2. Lightly sand the wood surface.
  3. Ready your work area.
  4. Apply two thin coats of stain-blocking primer.
  5. Apply at least two thin coats of paint.

For full details on painting wood wall paneling, continue reading below.

Tools & Materials

Photo: woodfurniturehub.com

STEP 1: Clean the wall paneling with diluted TSP.

Any dust, dirt, or oily fingerprints can prevent the paint from sticking well to the wood paneling, so start by thoroughly washing the wood-paneled walls with a solution of trisodium phosphate (TSP) and water. Before you even pick up a sponge to begin using this toxic cleaner, put on protective gear—full-sleeve clothing, rubber gloves, glasses, and a respiratory mask—and open windows in the room to adequately ventilate. Then, dilute TSP in a bucket of water and wipe down the wood paneling with a sponge dampened in the solution.

STEP 2: Lightly sand the wood paneling.

Next, proceed to lightly sand the walls using a technique aptly known as “scuffing”; the goal here is to create a good mechanical bond between the paneled wall and the initial coat of primer that you will soon be applying. You’ll use a 220-grit sandpaper in even circular motions to do so.


Today’s primers are so good that you can probably skip the sanding, but I think it’s worth doing. Even though it takes only 20 or 30 minutes, scuffing gives you long-lasting insurance against chipping paint. Just be sure to wear a dust mask and, for health reasons as well as cleanliness, wipe away dust with a tack cloth or damp rag as you go. (Now may also be the time to vacuum the floor so that you don’t track dust room to room.)

STEP 3: Protect the floor from paint splatter using drop cloths and painter’s tape.

Save yourself from having to scrub errant paint drips and splatter off the floor after the paint job is complete by laying down a bunch of old newspaper or a drop cloth. If there is molding or ceiling that you do not want the paint to inadvertently color.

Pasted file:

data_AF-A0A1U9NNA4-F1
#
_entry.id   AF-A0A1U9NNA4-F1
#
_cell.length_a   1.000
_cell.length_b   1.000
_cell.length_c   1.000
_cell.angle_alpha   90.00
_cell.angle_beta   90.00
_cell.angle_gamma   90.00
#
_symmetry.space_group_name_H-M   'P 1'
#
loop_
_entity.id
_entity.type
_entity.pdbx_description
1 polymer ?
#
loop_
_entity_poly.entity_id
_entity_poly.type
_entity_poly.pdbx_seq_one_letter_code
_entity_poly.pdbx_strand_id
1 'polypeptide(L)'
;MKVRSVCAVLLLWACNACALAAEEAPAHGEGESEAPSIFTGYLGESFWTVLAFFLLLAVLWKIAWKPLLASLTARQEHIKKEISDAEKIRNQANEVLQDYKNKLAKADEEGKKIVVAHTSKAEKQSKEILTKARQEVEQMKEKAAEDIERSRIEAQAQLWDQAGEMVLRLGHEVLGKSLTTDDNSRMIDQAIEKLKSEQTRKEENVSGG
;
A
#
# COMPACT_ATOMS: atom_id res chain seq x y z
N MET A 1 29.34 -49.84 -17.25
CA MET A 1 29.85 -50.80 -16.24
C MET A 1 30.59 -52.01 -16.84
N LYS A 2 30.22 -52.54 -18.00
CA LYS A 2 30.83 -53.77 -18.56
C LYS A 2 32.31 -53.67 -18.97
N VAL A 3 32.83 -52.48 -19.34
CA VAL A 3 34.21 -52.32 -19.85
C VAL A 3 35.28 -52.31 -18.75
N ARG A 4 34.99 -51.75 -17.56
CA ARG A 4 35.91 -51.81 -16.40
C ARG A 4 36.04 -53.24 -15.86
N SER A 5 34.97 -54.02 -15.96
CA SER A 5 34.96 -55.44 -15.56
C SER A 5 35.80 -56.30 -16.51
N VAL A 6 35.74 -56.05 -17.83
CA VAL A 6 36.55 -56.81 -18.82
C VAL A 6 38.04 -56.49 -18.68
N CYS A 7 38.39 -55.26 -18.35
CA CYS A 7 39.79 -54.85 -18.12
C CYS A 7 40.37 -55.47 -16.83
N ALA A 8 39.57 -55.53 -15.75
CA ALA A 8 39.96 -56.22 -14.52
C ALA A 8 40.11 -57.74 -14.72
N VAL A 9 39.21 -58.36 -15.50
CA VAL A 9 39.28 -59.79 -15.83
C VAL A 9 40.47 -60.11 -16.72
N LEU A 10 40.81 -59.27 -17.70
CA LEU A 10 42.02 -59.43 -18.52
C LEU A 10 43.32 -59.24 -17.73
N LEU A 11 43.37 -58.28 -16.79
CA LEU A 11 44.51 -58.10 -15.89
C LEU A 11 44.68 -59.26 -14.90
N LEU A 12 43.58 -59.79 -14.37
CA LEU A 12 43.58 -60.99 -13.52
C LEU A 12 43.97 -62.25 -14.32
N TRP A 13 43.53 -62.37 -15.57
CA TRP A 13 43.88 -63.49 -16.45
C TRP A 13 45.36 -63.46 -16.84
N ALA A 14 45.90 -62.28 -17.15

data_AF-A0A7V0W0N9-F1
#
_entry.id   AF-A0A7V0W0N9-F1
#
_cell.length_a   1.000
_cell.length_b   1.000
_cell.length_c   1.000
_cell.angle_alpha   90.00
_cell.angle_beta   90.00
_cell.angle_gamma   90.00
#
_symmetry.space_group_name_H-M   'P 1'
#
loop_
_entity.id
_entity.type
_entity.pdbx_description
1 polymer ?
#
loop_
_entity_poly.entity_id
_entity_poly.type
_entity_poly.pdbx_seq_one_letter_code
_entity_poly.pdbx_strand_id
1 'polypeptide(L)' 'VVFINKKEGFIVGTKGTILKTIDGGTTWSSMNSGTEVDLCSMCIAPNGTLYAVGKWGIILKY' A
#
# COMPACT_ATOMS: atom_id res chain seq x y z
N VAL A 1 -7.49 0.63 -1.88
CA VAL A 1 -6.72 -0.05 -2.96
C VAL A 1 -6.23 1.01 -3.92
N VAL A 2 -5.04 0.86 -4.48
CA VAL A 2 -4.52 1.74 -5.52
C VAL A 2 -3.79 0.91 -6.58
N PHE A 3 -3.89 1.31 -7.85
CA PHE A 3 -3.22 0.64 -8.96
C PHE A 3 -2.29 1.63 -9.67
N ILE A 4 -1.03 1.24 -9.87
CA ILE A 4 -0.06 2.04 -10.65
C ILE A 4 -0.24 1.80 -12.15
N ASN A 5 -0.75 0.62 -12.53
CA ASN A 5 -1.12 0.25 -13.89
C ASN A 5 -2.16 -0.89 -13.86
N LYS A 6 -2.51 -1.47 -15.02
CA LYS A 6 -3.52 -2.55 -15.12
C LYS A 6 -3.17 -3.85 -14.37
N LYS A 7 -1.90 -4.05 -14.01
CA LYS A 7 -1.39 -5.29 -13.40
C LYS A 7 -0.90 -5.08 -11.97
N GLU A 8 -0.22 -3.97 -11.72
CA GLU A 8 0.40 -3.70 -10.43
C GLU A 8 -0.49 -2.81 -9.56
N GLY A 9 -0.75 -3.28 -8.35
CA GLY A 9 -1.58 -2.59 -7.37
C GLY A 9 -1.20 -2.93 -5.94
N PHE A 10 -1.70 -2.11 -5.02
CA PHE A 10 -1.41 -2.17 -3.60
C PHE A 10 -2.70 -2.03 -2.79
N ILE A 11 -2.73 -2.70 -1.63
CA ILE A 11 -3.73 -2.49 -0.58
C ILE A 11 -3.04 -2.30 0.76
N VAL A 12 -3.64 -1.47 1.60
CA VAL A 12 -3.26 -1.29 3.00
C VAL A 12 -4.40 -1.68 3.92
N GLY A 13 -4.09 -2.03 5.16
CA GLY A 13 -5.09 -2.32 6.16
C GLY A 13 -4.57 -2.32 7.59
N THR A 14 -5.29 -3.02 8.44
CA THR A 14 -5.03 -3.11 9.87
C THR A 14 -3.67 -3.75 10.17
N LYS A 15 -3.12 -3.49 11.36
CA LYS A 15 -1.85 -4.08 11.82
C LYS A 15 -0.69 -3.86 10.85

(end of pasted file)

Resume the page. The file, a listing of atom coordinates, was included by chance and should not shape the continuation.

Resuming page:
STEP 4: Apply two thin coats of stain-blocking primer.

Having finished scuffing the full width and height of the wood paneling to be painted, give the surface its initial coat of primer to prevent any of the wood grain, imperfections, and the like from showing through the final coat of paint.

Choosing the right primer is key. For solid wood, use a water-based product; for veneer, use a shellac-based one. While it’s not strictly necessary to do so, you can have the primer tinted to match the shade you eventually plan to paint the wood paneling. One detail you absolutely should look out for? The words “stain-blocking” on the label. This trait helps hide any knots that appear throughout the wood paneling, or else you may see them bleed through your weekend paint job sometime in the future.

Start in with a 2-inch high-quality angle sash brush to cut in at corners, then keep it handy to dab away drips as you work.


Since you’ll be covering such a large surface, switch to a roller for the rest of the paint job—you’ll still be able to coat the grooves of paneled walls just fine. In order to avoid ending up with the orange peel–like texture that roller-applied paints sometimes produce, opt to use a foam sponge roller cover (it’s inexpensive and easily purchased at your local paint supply store or home improvement center).

Two thin primer coats are normally sufficient. Check your can of primer for instructions on exactly how long to wait between coats.

STEP 5: Apply at least two thin coats of paint.

Top with your chosen paint applied in the same manner as described in Step 4. While you’re rolling on the paint in thin layers, pay close attention to how much collects in the panel grooves and wipe out any excess that might be too thick and become tacky once dry.

Lightly sand the surface between coats, and expect to do two or three in total (leaving adequate dry time between each). It’ll be a weekend project for sure, but, when you finish, you’ll certainly admire the difference painted wood paneling can make in a room! Whether you’ve chosen to paint wood paneling a lighter color to for a very airy farmhouse vibe or a matte black for something cozier and more dramatic, like a library, the fresh color will definitely deliver results.